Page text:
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Metabolic Syndrome

August 31, 2009 | Shari Roan
Kudzu, the wild vine that has overtaken almost 10 million acres in the southeastern United States, may be more nutrient than nuisance. Previous studies have suggested a chemical in the vine may help alcoholics curb their addiction. Now a study, also in rats, shows kudzu can help regulate blood pressure, glucose metabolism and cholesterol levels. Kudzu root, which is called Radix puerariae, contains polyphenols, substances that are known to have a range of positive health effects.
June 17, 2007 | From the Associated Press
Wondering how much of a diet-buster that big bowl of noodles is? In the United States, some restaurants could give you a calorie count. In Japan, you might take a picture of it with your cellphone and ask an expert. With cellphones ubiquitous in Japan and concern rising over expanding waistlines, healthcare providers have put the two together to help the weight-conscious send photos of their meals to nutritionists for analysis.
April 24, 2006 | Shari Roan, Times Staff Writer
Scientists are changing their minds about the best way to monitor body fat. Body mass index, or BMI -- long considered the gold standard for evaluating an increased risk of health problems due to weight -- is far from a perfect measure, says Dr. Arya M. Sharma, an obesity researcher at McMaster University in Hamilton, Ontario, Canada. The BMI doesn't take into account the amount of muscle a person has, and is less accurate in older people, who lose muscle and bone and gain fat with age.
March 8, 2011 | By Mary Forgione, Tribune Health
The Mediterranean diet has had many fans over the years, even in the scientific community. A new analysis of 50 studies involving half a million participants reinforces what many healthcare professionals already have said about the diet: It helps lower the risk of heart disease and diabetes. The analysis published online Monday in the Journal of the American College of Cardiology examined how the diet affects metabolic syndrome, that is, disorders that increase the risk of heart disease.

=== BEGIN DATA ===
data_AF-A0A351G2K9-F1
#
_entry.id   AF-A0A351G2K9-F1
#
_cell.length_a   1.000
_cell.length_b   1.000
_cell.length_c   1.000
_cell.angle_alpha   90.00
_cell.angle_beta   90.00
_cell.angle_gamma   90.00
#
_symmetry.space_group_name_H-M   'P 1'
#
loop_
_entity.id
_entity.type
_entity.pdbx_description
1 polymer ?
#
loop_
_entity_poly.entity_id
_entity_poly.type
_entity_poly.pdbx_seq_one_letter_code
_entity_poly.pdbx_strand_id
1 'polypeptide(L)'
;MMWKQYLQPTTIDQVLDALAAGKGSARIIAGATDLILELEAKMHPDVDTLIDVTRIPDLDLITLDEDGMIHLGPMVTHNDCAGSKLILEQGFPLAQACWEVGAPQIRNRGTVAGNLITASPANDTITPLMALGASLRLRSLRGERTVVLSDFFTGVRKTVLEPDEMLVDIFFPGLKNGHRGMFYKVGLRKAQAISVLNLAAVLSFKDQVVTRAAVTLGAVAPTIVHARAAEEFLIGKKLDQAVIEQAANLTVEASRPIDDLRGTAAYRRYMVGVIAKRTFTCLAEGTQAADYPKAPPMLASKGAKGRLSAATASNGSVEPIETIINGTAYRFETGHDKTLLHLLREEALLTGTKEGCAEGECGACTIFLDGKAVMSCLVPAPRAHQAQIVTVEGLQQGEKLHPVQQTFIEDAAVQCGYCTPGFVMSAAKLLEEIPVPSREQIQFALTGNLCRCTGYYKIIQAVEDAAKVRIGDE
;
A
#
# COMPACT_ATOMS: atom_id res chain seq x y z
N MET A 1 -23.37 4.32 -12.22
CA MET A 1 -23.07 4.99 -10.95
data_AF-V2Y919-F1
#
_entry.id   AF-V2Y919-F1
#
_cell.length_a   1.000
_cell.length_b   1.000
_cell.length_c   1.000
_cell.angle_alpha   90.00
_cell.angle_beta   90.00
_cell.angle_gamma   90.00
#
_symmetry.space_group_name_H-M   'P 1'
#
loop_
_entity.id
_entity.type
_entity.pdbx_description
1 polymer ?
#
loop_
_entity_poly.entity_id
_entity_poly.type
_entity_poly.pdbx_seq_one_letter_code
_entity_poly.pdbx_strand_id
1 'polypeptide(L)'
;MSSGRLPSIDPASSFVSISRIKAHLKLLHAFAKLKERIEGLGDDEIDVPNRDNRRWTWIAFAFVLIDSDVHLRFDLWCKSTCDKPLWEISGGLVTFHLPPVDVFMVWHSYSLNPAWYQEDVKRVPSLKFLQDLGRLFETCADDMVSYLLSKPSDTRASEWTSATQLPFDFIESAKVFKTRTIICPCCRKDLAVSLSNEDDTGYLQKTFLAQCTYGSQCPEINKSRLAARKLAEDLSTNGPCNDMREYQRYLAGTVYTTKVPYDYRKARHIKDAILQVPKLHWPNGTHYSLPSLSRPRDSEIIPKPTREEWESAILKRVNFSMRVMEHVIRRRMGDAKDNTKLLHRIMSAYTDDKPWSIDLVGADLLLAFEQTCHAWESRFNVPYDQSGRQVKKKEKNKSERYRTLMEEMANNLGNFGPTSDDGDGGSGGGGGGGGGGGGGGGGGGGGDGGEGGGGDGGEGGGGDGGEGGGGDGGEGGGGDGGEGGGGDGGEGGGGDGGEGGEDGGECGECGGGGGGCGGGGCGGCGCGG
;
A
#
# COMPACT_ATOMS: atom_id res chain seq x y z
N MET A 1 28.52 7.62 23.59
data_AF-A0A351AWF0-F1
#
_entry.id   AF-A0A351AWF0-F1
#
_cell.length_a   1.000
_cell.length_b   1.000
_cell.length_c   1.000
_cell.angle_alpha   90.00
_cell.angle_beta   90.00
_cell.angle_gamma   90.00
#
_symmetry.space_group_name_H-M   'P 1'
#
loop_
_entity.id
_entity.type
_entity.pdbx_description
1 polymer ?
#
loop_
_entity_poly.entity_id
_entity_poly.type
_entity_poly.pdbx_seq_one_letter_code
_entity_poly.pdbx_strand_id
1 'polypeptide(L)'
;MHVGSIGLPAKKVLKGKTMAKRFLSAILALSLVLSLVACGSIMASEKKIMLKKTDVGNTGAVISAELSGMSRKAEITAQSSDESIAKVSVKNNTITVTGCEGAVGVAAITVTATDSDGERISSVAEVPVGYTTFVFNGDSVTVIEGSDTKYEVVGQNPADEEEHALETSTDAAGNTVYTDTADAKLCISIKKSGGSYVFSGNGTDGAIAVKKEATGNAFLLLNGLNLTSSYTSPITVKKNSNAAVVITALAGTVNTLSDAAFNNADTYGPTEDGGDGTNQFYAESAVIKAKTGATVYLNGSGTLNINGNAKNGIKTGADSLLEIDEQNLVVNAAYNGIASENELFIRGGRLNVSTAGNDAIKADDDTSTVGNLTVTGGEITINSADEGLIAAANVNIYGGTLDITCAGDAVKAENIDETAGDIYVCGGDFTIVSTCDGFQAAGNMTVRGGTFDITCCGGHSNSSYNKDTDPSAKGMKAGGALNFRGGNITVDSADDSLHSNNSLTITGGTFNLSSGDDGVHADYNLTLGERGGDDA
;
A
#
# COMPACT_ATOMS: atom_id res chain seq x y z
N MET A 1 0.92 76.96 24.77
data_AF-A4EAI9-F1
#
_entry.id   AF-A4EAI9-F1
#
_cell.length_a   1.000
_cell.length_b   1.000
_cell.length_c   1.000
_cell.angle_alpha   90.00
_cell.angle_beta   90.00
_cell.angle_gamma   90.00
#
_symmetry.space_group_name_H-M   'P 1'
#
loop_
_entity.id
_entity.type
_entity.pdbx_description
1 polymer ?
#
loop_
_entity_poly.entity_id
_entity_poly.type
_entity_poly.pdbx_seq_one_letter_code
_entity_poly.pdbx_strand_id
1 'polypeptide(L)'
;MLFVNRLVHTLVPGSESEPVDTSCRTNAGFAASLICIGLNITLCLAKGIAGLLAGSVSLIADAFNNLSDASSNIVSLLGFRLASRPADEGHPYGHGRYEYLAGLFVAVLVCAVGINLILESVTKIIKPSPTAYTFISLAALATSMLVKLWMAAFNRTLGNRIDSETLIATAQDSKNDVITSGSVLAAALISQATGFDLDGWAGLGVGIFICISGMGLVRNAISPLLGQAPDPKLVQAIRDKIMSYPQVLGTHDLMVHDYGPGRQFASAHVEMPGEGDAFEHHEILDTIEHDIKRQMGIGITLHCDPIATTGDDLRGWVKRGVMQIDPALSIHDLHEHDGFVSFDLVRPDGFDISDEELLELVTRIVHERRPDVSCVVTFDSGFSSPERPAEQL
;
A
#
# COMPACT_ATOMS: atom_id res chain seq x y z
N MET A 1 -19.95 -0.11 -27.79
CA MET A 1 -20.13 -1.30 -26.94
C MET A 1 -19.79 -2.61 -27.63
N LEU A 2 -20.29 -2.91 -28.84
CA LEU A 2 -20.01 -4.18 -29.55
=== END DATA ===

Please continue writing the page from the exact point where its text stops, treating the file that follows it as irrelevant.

June 23, 2010 | By Karen Kaplan
That cup of joe may be doing more than keeping you awake – it also may be reducing your risk of developing Type 2 diabetes. Coffee That's the conclusion of a recent Japanese study involving a strain of mice that are known to become diabetic. Studies of people have found a correlation between coffee consumption and a reduced risk of diabetes. To find out if there was a direct link between coffee and diabetes, the Japanese researchers let mice drink diluted black coffee instead of water.
January 29, 2013 | By Mary MacVean
Some popular diets advise against late-night snacking or even eating after 6 p.m. Now, there's some research to confirm that when you eat could matter as well as what you eat if you're trying to shed pounds. A study in Spain followed 420 men and women on a diet for 20 weeks. They were grouped into early eaters -- those who had their main meal before 3 p.m. - and late eaters - those who had it after. (The participants followed the Mediterranean diet, in which the main meal was lunch.)
May 20, 2011 | By Shari Roan, Los Angeles Times / For the Booster Shots blog
Latinos have higher rates of diabetes than other ethnic groups. They also appear to have higher rates of having both diabetes and a mood disorder, such as anxiety or depression, according to a new study presented this week at the American Psychiatric Assn.'s annual meeting. Researchers examined the medical records 129 adults diagnosed with diabetes at a rural health clinic in Imperial County, in California, to assess the rates of mood disorders in diabetic Latinos and to determine which illness appeared first.
July 26, 2007 | Dana Parsons
They say life has a symmetry to it. Or, at least, I think they say that. Come to think of it, I'm not really sure. But it sounds nice, doesn't it? Rather than a disconnected set of events, randomly tossed in our faces, isn't it comforting, if not downright poetic, to think that life is themed? That seemingly innocuous events of long ago find their way back to us late in the game, allowing us a final ironic chuckle as we tie up our lives with a neat little bow?
December 15, 2011 | By Jeannine Stein, Los Angeles Times / For the Booster Shots blog
"The Biggest Loser" winner John Rhode is happy he nabbed the grand prize after shedding 220 pounds, but he's also worried he might gain the weight back, and he's not alone. Most people who lose weight eventually gain some, all or all plus more of it back in endless cycles of yo-yo diets. "He admitted he has a food addiction ," says Felicia Stoler , a New York-based registered dietitian, exercise physiologist and author of "Living Skinny in Fat Genes: The Healthy Way to Lose Weight and Feel Great.
May 30, 2012 | By Thomas H. Maugh II
A widely used antioxidant supplement can reduce some of the symptoms of autism in children, a pilot study has found. The supplement -- N-acetylcysteine, or NAC -- lowered irritability in the children and reduced repetitive behaviors, researchers from the Stanford University School of Medicine reported in the journal Biological Psychiatry. The team cautioned, however, that only 31 children were enrolled and that larger studies are needed to confirm the potential benefit. Currently, irritability, mood swings and depression in autistic children are treated with antipsychotic drugs.
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